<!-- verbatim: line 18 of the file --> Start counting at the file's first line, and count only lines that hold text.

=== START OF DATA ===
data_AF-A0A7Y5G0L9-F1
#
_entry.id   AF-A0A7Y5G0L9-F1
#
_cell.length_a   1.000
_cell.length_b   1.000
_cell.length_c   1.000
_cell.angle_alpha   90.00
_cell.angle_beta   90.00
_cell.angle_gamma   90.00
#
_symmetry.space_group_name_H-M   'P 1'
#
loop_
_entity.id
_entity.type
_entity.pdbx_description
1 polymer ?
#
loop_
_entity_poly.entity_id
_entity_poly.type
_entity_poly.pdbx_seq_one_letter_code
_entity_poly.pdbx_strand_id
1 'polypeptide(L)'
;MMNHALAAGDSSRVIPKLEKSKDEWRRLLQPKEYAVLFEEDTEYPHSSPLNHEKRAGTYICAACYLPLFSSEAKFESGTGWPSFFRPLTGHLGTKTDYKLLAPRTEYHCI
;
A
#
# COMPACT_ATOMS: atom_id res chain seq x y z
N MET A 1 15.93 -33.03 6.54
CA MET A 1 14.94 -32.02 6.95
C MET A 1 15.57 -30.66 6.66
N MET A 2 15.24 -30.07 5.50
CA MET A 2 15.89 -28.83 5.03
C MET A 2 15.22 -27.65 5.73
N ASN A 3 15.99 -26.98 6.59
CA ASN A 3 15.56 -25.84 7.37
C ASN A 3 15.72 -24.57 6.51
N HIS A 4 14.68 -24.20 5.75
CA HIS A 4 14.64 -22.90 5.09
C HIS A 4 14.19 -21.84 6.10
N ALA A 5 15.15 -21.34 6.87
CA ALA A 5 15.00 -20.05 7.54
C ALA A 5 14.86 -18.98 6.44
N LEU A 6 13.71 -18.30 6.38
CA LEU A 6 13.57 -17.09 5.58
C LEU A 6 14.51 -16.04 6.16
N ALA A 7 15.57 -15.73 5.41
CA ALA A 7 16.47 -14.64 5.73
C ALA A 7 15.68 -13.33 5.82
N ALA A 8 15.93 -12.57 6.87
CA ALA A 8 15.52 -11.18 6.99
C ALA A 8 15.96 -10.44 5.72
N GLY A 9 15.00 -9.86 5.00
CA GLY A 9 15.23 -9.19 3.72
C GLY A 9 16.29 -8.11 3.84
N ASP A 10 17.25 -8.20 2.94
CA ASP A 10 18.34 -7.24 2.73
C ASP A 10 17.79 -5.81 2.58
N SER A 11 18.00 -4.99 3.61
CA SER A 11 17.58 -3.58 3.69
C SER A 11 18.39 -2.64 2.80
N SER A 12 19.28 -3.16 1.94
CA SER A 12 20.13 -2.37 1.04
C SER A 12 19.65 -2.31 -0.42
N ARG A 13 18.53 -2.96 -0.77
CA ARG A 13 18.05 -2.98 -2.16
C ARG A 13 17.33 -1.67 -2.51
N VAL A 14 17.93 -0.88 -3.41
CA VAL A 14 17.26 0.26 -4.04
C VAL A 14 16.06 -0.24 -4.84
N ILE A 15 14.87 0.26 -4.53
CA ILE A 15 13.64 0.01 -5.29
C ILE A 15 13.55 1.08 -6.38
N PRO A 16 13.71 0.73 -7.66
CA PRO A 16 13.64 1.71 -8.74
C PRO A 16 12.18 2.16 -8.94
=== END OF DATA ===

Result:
1 polymer ?